Results 1 
3 of
3
Empirical bayes estimates for largescale prediction problems. http://wwwstat.stanford.edu/~ckirby/brad/papers/2008EBestimates.pdf
, 2008
"... Classical prediction methods such as Fisher’s linear discriminant function were designed for smallscale problems, where the number of predictors N is much smaller than the number of observations n. Modern scientific devices often reverse this situation. A microarray analysis, for example, might inc ..."
Abstract

Cited by 20 (4 self)
 Add to MetaCart
Classical prediction methods such as Fisher’s linear discriminant function were designed for smallscale problems, where the number of predictors N is much smaller than the number of observations n. Modern scientific devices often reverse this situation. A microarray analysis, for example, might include n = 100 subjects measured on N = 10, 000 genes, each of which is a potential predictor. This paper proposes an empirical Bayes approach to largescale prediction, where the optimum Bayes prediction rule is estimated employing the data from all the predictors. Microarray examples are used to illustrate the method. The results show a close connection with the shrunken centroids algorithm of Tibshirani et al. (2002), a frequentist regularization approach to largescale prediction, and also with false discovery rate theory.
Tweedie’s Formula and Selection Bias
"... We suppose that the statistician observes some large number of estimates zi, each with its own unobserved expectation parameter µi. The largest few of the zi’s are likely to substantially overestimate their corresponding µi’s, this being an example of selection bias, or regression to the mean. Tweed ..."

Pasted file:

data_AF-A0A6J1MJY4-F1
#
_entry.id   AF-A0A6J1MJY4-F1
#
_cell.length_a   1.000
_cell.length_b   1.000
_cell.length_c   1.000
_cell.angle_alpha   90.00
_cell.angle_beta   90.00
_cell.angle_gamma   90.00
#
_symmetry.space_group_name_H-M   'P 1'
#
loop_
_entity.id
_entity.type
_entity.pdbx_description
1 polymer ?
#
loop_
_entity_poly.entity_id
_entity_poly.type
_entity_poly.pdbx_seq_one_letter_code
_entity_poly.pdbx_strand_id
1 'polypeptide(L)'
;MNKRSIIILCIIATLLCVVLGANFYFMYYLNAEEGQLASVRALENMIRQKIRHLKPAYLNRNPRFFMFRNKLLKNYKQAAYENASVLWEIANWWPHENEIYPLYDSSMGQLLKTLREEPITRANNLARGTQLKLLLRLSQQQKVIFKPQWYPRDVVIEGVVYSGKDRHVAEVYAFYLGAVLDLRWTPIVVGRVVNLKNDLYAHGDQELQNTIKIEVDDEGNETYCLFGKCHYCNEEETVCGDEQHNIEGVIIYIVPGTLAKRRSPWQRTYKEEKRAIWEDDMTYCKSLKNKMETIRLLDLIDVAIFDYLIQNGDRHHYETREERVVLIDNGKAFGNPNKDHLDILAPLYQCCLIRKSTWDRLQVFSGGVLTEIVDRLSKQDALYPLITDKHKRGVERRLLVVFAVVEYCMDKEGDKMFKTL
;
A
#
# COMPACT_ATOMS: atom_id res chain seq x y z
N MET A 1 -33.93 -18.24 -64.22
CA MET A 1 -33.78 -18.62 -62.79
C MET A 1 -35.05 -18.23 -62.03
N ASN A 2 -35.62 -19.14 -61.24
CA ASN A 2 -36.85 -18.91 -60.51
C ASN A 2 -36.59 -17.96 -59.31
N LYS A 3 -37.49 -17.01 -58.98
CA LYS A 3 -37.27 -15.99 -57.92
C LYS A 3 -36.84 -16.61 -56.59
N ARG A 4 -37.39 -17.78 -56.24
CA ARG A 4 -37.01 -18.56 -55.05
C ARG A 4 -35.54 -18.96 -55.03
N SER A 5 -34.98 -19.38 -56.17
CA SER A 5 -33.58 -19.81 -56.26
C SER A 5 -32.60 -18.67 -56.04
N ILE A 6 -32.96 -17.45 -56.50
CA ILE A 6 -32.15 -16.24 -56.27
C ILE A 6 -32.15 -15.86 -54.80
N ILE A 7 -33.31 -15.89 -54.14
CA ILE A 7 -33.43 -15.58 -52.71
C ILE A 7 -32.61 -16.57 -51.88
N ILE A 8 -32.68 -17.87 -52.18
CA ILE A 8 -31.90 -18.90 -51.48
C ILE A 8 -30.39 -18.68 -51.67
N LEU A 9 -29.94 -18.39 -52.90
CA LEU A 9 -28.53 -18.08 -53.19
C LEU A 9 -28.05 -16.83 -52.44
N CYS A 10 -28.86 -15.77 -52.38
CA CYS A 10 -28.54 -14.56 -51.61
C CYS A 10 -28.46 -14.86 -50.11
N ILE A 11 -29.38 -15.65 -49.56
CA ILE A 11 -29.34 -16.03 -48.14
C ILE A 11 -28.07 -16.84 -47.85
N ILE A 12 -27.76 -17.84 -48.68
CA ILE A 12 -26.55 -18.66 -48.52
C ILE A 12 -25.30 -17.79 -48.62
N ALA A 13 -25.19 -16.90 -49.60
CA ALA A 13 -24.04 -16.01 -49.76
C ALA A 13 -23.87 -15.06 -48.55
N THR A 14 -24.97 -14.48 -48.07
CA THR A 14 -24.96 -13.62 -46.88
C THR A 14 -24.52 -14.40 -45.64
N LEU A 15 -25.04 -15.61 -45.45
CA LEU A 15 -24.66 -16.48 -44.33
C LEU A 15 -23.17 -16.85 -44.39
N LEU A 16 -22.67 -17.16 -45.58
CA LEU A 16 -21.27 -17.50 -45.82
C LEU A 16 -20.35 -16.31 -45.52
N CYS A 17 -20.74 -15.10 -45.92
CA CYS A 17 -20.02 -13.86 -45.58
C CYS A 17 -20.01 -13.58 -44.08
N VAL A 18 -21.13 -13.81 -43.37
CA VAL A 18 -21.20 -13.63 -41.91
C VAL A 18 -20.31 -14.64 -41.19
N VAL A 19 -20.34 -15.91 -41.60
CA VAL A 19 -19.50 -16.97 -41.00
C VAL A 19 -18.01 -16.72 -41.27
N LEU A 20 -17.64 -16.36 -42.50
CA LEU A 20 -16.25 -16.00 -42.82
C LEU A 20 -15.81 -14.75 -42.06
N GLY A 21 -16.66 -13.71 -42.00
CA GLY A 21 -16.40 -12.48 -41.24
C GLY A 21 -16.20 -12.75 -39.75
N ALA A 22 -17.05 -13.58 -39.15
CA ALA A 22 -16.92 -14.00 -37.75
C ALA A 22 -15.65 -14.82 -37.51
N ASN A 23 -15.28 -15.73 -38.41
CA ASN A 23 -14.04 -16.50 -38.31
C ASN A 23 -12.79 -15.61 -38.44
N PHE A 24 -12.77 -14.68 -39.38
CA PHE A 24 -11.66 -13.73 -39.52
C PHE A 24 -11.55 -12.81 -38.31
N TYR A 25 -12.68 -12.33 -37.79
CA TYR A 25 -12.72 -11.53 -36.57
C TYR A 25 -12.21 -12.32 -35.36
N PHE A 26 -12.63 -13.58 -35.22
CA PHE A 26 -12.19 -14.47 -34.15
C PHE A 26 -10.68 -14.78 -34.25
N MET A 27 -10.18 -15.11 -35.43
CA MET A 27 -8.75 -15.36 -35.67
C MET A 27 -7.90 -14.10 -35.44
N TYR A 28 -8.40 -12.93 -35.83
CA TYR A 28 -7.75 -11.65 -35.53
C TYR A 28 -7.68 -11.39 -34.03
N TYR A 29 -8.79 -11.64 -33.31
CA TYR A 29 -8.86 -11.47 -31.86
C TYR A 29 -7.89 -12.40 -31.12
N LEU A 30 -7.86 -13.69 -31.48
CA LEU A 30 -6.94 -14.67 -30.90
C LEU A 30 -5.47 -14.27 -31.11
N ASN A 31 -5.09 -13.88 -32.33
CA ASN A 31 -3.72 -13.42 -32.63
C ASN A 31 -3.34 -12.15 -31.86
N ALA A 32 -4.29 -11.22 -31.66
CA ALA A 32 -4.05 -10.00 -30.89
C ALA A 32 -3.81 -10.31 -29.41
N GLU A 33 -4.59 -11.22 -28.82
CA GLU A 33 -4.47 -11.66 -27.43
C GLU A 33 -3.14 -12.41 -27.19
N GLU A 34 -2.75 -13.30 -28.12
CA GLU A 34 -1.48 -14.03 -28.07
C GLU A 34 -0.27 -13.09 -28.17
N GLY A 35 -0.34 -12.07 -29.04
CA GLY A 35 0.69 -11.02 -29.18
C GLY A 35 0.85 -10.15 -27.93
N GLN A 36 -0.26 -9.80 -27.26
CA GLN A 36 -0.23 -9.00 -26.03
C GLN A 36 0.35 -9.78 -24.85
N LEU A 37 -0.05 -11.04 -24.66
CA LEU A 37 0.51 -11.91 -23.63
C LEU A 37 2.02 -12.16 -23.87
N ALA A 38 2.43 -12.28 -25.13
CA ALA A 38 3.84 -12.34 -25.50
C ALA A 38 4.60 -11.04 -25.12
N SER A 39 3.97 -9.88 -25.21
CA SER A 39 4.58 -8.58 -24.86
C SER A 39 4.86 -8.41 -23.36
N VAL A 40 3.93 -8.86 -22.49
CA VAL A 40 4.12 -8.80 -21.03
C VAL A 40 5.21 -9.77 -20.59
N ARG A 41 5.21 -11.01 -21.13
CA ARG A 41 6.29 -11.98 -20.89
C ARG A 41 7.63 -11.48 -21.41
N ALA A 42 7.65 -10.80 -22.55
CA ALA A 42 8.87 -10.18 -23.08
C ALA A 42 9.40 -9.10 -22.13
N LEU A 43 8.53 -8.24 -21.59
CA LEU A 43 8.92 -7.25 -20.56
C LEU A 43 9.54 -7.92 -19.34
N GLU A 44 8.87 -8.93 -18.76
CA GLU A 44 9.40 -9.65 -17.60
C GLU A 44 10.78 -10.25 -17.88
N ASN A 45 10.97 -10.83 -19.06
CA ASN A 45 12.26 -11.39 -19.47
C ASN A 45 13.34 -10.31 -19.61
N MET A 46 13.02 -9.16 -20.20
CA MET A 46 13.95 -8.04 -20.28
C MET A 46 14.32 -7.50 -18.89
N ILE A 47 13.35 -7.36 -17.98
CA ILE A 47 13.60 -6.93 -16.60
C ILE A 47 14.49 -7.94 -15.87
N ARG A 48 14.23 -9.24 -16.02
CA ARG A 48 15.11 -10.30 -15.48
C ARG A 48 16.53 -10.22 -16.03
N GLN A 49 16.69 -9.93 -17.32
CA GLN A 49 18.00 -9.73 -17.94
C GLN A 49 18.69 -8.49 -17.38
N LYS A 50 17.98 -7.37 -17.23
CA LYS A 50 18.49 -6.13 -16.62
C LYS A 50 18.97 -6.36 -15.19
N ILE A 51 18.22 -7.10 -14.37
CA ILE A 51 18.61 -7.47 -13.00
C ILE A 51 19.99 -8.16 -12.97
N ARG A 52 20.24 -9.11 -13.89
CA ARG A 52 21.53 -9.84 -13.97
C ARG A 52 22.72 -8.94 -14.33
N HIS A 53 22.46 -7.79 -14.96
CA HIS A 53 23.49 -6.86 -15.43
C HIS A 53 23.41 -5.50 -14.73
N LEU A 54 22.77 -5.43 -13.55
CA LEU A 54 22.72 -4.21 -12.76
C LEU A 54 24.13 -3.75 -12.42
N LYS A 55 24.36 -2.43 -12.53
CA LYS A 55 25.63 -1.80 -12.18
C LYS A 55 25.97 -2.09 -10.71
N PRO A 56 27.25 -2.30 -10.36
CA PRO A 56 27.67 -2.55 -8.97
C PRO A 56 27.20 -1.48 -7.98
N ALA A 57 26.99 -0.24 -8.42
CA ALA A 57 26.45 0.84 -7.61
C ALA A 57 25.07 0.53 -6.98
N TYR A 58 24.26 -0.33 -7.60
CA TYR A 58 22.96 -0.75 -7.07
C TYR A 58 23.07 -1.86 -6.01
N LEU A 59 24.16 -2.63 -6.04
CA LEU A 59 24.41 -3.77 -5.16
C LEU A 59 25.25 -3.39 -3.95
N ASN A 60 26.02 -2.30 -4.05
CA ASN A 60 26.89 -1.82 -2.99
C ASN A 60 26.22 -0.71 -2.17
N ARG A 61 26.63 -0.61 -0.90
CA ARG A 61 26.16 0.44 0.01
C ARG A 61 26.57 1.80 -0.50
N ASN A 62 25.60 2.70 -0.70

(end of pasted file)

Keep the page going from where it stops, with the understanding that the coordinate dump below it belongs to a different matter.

Abstract

Cited by 2 (0 self)
 Add to MetaCart
We suppose that the statistician observes some large number of estimates zi, each with its own unobserved expectation parameter µi. The largest few of the zi’s are likely to substantially overestimate their corresponding µi’s, this being an example of selection bias, or regression to the mean. Tweedie’s formula, first reported by Robbins in 1956, offers a simple empirical Bayes approach for correcting selection bias. This paper investigates its merits and limitations. In addition to the methodology, Tweedie’s formula raises more general questions concerning empirical Bayes theory, discussed here as “relevance ” and “empirical Bayes information. ” There is a close connection between applications of the formula and James–Stein estimation. Keywords: Bayesian relevance, empirical Bayes information, James–Stein, false discovery rates, regret, winner’s curse
Prediction of Ordered Random Effects in a Simple Small Area Model
 STATISTICA SINICA (IN PRESS)
, 2009
"... Prediction of a vector of ordered parameters or part of it arises naturally in the context of Small Area Estimation (SAE). For example, one may want to estimate the parameters associated with the top ten areas, the best or worst area, or a certain percentile. We use a simple SAE model to show that e ..."
Abstract
 Add to MetaCart
Prediction of a vector of ordered parameters or part of it arises naturally in the context of Small Area Estimation (SAE). For example, one may want to estimate the parameters associated with the top ten areas, the best or worst area, or a certain percentile. We use a simple SAE model to show that estimation of ordered parameters by the corresponding ordered estimates of each area separately does not yield good results with respect to MSE. Shrinkagetype predictors, with an appropriate amount of shrinkage for the particular problem of ordered parameters, are considerably better, and their performance is close to that of the optimal predictors, which cannot in general be computed explicitly.